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Thursday, May 13, 2010

Greek crisis not to change RBI's exit roadmap: Gokarn

Reserve Bank Deputy Governor Subir Gokarn today said the Greek debt crisis will not force the central bank to give up its hawkish monetary policy stance, as it has already factored in the impact of global uncertainties.

"We do not believe that there is any reason to change our approach. Because it (the Greek crisis) is not showing signs of spilling over to a larger real economy problem," Gokarn told reporters here.

The apex bank reduced its key rates several times to fight the financial crisis that broke out in end-2008, but started gradually reversing the easy money stance from October last year to contain inflationary pressures in the economy.

"It (the crisis) reflects, obviously, the continuing global uncertain environment, which is a factor we have already built into our exit strategy," Gokarn, who was earlier an economist with international rating agency Standard and Poor's, said.

The central bank, however, is keeping a close watch on the developments unfolding in global markets, Gokarn said.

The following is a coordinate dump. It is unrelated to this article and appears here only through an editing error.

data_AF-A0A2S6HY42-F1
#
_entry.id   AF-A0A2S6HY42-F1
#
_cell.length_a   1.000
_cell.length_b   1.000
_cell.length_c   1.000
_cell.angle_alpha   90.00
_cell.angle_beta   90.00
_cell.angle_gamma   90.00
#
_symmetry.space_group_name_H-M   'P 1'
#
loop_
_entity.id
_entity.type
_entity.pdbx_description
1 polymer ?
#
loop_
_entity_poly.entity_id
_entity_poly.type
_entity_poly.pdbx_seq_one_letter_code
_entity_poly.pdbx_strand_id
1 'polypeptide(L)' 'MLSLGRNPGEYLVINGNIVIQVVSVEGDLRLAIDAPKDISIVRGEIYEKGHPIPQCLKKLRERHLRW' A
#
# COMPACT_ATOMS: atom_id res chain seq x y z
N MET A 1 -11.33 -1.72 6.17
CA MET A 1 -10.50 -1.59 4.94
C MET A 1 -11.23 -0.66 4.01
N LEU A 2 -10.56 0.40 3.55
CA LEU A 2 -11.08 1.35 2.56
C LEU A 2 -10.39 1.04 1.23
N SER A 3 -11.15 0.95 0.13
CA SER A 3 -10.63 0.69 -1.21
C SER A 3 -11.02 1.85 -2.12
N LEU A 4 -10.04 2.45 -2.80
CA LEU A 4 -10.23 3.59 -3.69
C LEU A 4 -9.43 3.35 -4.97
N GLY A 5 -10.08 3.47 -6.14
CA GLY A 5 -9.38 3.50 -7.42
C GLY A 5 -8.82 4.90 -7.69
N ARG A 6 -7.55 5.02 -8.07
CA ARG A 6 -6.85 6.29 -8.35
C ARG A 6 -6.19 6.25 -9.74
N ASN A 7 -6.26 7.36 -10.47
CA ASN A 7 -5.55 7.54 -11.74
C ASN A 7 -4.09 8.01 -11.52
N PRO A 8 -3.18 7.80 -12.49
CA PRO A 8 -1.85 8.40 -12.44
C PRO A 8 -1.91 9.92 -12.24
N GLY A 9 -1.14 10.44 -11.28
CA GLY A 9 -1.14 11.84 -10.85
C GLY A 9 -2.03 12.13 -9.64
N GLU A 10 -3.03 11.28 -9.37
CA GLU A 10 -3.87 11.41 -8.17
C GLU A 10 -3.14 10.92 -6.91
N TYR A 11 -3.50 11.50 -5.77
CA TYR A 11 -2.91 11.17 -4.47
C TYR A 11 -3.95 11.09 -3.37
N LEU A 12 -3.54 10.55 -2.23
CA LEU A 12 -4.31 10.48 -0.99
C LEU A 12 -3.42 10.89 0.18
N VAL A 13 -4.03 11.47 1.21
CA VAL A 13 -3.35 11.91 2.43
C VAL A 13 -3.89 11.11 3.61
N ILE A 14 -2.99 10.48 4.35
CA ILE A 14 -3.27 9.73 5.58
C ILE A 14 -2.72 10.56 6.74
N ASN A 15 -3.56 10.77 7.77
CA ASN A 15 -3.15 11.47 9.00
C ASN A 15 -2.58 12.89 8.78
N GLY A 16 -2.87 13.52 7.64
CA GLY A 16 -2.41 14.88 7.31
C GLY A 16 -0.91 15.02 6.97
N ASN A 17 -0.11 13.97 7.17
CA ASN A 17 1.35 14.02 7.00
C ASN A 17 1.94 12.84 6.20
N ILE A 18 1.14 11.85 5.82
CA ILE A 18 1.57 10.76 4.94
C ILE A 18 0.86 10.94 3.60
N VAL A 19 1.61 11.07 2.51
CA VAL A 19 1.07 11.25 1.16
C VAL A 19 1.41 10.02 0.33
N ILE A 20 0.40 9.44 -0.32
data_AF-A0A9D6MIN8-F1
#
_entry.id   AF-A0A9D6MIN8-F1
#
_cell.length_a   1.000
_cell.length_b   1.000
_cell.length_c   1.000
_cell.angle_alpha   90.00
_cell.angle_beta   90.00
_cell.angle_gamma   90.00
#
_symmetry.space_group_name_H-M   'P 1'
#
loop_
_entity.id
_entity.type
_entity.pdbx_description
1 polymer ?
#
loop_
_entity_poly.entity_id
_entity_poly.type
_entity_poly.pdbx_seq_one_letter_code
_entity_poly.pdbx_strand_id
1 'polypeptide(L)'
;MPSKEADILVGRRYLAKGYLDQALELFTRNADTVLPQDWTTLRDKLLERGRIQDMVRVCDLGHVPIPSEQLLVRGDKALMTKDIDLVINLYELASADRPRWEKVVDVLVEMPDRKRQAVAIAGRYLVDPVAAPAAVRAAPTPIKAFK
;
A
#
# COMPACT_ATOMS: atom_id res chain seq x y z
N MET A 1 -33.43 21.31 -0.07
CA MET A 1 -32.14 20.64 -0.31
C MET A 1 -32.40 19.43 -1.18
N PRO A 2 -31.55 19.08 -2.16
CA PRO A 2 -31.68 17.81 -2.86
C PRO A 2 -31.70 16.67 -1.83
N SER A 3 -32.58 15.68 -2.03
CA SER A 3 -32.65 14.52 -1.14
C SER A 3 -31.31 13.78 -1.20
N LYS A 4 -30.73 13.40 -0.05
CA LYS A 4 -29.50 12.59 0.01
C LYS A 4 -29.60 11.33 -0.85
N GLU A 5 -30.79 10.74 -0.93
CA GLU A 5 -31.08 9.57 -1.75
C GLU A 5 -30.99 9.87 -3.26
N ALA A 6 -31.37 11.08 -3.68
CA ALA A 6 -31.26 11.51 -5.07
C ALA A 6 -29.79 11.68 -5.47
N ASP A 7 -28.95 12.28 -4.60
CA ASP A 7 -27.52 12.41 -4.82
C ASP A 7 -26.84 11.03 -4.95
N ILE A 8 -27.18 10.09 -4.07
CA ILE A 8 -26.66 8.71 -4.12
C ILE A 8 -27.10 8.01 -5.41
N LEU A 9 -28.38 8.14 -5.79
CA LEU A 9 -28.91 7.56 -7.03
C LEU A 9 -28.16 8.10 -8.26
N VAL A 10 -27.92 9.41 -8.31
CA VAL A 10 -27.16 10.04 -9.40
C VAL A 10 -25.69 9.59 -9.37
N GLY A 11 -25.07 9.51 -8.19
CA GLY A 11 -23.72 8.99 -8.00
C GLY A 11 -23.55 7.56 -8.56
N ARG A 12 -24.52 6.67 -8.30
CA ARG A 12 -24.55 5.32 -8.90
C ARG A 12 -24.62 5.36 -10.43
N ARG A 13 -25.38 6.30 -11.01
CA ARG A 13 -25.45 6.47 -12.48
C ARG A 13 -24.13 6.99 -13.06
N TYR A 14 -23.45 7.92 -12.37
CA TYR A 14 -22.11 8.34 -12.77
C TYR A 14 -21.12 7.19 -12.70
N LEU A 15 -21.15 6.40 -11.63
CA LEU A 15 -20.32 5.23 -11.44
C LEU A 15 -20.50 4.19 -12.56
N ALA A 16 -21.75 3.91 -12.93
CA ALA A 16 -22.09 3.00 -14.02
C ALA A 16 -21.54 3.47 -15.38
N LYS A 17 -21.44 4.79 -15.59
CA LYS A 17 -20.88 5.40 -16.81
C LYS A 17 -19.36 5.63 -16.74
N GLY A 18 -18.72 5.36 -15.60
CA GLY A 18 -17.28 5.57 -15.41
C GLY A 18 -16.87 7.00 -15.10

"There are packages in place, there are very serious efforts to contain and not let the crisis to spread to other countries. But we keep a watch on things and see how it pans out," Gokarn said.

In a bid to prevent the Greek debt crisis from spreading to other economies, euro zone leaders recently agreed on a bailout package of nearly USD one trillion (750 billion euro) for Greece, giving comfort to markets worldwide.

Asian economies have developed their 'autonomous growth drivers' and eschewed dependence on western economies, which has enabled them to withstand the impact of financial turmoil and maintain faster growth, Gokarn said.

However, revival in the US and Europe is must for a global economic recovery, as these zones account for a larger chunk of the global GDP, he said.

On capital flows into the domestic market, the Deputy Governor said that fund inflows are likely to gain momentum in the months ahead, as India's growth is expected to attract more foreign investment.

Gokarn said the central bank is monitoring various forms of inflows and is of the view that equity flows are preferable to debt capital in a healthy economy.

Replying to a query, Gokarn said that policymakers will have to wait till end-July to make a proper assessment of the monsoon and its impact on inflation. Wholesale price-based inflation, which stood at 9.9 per cent in March, is expected to cool down in April.

Further, Gokarn said the Index of Industrial Production (IIP), which grew to 13.5 per cent in March, was in consonance with the RBI's outlook.

IIP growth slowed down in March from 15.1 per cent in February on account of a partial roll back of the government's fiscal stimulus and rising interest rates.

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